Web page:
The platform, funded by the IOM Development Fund, is also accessible to vulnerable migrants who may be stranded or are at risk of receiving misinformation on migration.

Since the start of the COVID-19 pandemic, South America has been one of the most impacted regions worldwide. According to the World Health Organization figures, as of 8 July 2021 there were 33,475,765 COVID-19 cumulative cases in the region, which represents 89 per cent of the total cases in Latin America, and 18 per cent of all infections recorded globally.

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Countries such as Brazil, Peru, Colombia and Ecuador all experienced severe outbreaks. For example, Brazil currently reports the third highest number of cumulative cases (18,855,015) and second highest death toll (526,892) globally.

“Open South America will facilitate orderly, regular and responsible migration in South America amid the uncertain times of COVID-19 and after the pandemic,” said Minister Ana Laura Cachaza, General Director of Consular Affairs of the Government of Argentina.

“Migrants’ access to up-to-date information through innovative online tools is essential considering the changing migration dynamic in the region due to the COVID-19 pandemic,” said Marcelo Pisani, IOM Regional Director for South America.

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29,000 Nigerians, Ghanaians, Somalians, other Africans migrated through the Mediterranean Sea to Europe in 2021 —IOM

The International Organisation for Migration has said that 29,000 individuals including Nigerians, Ghanaians, Somalians and other Africans have emigrated to Europe through the Mediterranean Sea this year.

About 13,000 were arrested by the coast guards and returned home while 761 migrants were said to have perished in the sea.

Disclosing this to journalists in Abuja on Friday, the Chief of Mission, IOM Nigeria, Mr Franz Celestin, said less than five per cent of migrants usually made it to Europe, adding that the vast majority stay in Africa.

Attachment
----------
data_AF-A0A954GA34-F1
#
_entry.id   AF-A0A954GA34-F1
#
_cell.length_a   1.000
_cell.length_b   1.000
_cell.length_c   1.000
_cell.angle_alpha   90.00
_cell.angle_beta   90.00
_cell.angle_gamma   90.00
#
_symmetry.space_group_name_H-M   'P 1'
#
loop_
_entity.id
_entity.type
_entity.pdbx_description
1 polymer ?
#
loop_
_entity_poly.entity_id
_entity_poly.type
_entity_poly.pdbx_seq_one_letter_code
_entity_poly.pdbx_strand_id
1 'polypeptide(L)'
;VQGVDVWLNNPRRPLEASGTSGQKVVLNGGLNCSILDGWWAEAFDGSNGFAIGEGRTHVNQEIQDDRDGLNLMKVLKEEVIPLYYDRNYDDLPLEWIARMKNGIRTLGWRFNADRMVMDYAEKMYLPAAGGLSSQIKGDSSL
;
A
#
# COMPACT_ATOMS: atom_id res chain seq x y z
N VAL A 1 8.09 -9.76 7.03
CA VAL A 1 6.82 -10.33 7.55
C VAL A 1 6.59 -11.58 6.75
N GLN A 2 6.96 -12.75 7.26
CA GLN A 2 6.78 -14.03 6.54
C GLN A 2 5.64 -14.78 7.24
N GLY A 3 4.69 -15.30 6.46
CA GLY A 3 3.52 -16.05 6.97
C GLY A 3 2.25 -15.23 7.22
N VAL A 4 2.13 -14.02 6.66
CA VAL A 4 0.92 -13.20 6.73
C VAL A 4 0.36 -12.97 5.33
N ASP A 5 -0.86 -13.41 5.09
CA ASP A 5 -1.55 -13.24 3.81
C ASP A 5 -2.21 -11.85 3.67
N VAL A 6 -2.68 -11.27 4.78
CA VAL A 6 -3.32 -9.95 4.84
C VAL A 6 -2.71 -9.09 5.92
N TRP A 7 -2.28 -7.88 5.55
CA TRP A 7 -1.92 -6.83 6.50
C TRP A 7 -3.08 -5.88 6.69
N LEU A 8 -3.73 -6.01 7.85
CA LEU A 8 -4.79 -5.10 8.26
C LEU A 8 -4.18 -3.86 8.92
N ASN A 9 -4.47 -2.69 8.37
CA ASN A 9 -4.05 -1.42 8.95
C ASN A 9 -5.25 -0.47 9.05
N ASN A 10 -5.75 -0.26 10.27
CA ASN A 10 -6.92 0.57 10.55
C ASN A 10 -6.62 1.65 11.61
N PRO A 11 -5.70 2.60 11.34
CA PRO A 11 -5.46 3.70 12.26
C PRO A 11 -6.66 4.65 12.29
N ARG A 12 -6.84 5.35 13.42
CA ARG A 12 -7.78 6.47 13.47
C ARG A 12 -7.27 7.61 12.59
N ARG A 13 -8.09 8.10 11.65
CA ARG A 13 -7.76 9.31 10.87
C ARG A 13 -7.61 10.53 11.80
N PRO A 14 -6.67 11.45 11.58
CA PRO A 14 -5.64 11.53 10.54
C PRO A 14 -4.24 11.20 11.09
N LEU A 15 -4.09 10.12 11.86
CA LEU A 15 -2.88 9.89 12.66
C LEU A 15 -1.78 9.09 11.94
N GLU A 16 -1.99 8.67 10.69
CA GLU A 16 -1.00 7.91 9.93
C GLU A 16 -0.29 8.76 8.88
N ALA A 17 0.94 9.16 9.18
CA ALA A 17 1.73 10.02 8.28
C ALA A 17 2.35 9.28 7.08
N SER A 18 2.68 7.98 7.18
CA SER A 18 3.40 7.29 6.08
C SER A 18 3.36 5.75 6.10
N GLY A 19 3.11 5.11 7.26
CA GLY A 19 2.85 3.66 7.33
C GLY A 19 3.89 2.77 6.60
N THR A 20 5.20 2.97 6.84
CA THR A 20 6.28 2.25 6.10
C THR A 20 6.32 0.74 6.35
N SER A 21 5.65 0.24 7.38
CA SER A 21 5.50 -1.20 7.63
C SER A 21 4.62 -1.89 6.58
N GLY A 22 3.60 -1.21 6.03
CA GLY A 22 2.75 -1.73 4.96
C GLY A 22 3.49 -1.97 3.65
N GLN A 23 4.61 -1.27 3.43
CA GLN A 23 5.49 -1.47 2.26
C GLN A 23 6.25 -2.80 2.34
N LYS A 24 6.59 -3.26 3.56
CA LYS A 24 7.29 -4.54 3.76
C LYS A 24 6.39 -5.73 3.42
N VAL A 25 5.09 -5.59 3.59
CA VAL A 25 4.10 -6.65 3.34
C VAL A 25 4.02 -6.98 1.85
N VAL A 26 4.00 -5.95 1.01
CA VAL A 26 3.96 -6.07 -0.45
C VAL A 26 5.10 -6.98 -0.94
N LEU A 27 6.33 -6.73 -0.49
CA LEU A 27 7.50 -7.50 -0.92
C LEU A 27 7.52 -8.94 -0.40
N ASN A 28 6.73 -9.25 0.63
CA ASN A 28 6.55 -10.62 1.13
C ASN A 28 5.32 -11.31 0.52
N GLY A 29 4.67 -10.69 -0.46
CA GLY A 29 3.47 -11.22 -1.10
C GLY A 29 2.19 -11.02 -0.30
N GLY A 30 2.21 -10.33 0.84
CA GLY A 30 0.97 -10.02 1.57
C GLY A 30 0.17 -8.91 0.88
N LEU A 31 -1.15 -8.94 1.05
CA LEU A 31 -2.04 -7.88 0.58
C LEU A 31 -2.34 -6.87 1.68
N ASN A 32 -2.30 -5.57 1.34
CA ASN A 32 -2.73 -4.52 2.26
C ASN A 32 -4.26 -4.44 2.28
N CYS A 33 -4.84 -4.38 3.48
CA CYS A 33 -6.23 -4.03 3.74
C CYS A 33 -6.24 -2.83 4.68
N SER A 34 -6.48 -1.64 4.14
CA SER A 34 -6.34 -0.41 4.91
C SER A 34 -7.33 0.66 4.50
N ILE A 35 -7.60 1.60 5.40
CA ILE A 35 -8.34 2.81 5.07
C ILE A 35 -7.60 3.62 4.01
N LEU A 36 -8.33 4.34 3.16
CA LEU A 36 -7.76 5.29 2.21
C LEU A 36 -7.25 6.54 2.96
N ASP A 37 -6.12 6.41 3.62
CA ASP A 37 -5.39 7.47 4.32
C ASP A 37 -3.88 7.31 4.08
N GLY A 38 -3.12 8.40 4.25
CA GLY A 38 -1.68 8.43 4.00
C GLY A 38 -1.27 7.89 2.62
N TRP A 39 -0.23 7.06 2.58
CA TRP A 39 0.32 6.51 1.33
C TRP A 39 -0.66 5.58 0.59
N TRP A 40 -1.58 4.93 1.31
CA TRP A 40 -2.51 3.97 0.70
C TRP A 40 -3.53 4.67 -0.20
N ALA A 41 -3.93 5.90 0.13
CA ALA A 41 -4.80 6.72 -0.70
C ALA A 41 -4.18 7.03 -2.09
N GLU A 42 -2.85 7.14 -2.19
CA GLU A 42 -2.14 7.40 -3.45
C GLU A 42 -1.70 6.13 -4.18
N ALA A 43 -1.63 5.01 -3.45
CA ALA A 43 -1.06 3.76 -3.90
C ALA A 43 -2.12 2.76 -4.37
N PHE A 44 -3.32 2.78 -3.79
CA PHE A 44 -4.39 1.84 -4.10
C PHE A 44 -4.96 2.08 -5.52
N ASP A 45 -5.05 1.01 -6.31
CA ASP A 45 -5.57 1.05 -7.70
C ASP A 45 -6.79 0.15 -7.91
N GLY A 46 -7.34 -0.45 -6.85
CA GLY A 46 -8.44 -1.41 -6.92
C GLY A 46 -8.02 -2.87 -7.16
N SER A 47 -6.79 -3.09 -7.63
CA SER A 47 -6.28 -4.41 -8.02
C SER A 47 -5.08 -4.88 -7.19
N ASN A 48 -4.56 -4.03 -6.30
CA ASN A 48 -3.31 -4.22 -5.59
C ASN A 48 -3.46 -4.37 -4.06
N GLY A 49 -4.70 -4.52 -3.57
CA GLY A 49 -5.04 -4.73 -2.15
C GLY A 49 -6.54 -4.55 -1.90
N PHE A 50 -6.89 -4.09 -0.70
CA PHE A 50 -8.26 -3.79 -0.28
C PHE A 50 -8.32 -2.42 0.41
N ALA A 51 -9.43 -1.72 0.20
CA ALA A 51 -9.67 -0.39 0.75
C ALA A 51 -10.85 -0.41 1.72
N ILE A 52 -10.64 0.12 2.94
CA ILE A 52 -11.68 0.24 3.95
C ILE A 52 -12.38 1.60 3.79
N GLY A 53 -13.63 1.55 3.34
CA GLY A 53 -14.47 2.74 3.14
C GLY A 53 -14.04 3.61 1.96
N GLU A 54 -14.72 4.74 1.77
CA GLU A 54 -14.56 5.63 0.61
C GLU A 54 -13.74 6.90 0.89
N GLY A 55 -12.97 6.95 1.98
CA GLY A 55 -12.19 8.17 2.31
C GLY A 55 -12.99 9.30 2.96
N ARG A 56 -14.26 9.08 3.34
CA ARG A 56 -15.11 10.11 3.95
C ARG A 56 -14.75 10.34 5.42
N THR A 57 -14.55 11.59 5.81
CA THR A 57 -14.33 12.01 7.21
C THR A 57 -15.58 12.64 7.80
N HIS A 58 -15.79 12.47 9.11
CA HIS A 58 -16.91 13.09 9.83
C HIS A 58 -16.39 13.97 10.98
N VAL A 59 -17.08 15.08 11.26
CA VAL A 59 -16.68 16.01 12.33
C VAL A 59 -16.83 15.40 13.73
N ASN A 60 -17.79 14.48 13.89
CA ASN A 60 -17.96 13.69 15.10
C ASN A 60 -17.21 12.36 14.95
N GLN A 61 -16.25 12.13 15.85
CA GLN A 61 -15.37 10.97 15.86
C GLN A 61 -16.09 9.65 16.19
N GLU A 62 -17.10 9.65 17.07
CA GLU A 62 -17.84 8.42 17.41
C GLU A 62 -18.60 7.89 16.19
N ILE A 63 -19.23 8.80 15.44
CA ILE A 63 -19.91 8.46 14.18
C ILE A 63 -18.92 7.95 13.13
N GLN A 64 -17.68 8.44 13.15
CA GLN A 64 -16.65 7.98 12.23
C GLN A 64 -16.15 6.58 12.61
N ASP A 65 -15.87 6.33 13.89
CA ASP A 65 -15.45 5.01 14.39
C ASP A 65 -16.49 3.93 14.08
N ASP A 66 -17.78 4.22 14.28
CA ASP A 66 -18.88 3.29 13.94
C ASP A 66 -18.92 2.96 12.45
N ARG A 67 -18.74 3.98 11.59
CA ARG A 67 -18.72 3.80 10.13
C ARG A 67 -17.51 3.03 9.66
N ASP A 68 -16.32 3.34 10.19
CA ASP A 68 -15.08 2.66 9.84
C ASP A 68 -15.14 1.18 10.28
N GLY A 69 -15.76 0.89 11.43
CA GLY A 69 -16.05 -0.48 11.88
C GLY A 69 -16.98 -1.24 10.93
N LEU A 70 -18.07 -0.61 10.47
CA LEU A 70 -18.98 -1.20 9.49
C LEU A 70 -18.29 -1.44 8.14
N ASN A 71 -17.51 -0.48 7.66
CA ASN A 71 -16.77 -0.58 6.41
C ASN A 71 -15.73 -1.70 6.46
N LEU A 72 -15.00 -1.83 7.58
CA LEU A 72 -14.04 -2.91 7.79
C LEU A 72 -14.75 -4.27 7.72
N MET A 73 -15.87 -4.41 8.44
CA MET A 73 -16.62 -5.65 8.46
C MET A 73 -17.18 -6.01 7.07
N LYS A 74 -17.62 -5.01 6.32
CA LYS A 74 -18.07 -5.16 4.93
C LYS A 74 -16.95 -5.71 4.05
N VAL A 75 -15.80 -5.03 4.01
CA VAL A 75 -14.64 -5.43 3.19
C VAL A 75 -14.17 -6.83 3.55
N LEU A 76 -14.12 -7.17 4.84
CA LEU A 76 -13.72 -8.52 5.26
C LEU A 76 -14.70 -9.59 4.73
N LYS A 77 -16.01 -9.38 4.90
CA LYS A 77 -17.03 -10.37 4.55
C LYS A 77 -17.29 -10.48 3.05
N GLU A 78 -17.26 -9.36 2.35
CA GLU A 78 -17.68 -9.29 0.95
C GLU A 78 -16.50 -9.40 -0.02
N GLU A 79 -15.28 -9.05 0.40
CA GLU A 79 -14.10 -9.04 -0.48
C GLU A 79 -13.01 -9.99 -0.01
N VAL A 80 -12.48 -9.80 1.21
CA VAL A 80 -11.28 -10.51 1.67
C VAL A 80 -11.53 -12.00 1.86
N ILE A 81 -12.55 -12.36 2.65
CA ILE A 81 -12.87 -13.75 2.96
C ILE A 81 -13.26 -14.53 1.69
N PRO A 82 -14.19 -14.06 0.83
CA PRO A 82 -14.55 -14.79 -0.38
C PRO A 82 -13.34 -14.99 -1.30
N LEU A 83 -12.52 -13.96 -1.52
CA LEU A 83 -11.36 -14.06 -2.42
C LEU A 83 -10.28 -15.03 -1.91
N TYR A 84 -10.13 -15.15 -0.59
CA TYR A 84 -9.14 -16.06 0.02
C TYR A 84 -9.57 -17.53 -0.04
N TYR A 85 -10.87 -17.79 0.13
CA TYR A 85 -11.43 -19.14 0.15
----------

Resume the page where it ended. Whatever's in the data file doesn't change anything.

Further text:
He further said that a lot of migrants were trafficked within the Economic Community of West African States, adding that Mali was the number one destination point for trafficked Nigerian women.

Responding to questions on the number of people who have undertaken the perilous trip to Europe through the Mediterranean, the IOM Chief said, “A combination of unemployment and underemployment is pushing people to migrate.

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“In this year, 29,000 migrants from Sub-Sahara Africa have migrated to Europe through the Mediterranean. About 13,000 were intercepted by the coastguard while 761 died.”

International Organisation of Migration (

Celestin stressed the importance of tackling human trafficking which he said grossed about $150 billion annually.

“Traffickers make a lot of money and they would continue to do it until a coordinated response is evolved to stop them. We are collaborating with Interpol in this respect; we are connected to the Interpol i/247 database. We connected the MIDAS to the Interpol database where we pass the information on traffickers to the Interpol,” he stated.

Celestin explained that the IOM has been involved in the biometric registration of children in the North-East, noting that the agency has registered no fewer than 17,053 children in 18 different internally displaced person camps between 2019 and May 2021 in Borno State.

The agency chief also disclosed that IOM was involved in the G7 Famine Prevention and Humanitarian Compact for North-East.

READ  Hundreds of thousands of people leave Britain due to pandemic

 

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FG condemns killing of Nigerian footballer in UK

Kelvin

The Federal government has condemned the alleged killing of a Nigerian Footballer, Kelvin Igweani, by the UK police.

Recall that Igweani, a Nigerian Footballer, was shot dead by officers, who attended a call out to a house, where a child was found with serious injuries.

Reacting, Hon. Abike Dabiri-Erewa, Chairman/CEO, Nigerians in Diaspora Commission (NIDCOM), in Abuja on Wednesday described the incident as very unfortunate,and sad.

Dabiri-Erewa condoled with the family of the deceased and the Nigerian communities in the UK while praying that God grants rest to the soul of the departed.

“We call on the UK government for a thorough and proper investigation to be carried out on the incident,” the statement added.

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Support VOICE FOR AFRICAN MIGRANTS journalism of integrity and credibility.

Good journalism costs a lot of money. Yet only good journalism can ensure the possibility of a good society, an accountable democracy, and a transparent government.

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READ  Migrants play key role in disaster response, IOM explores diaspora’s engagement in humanitarian assistance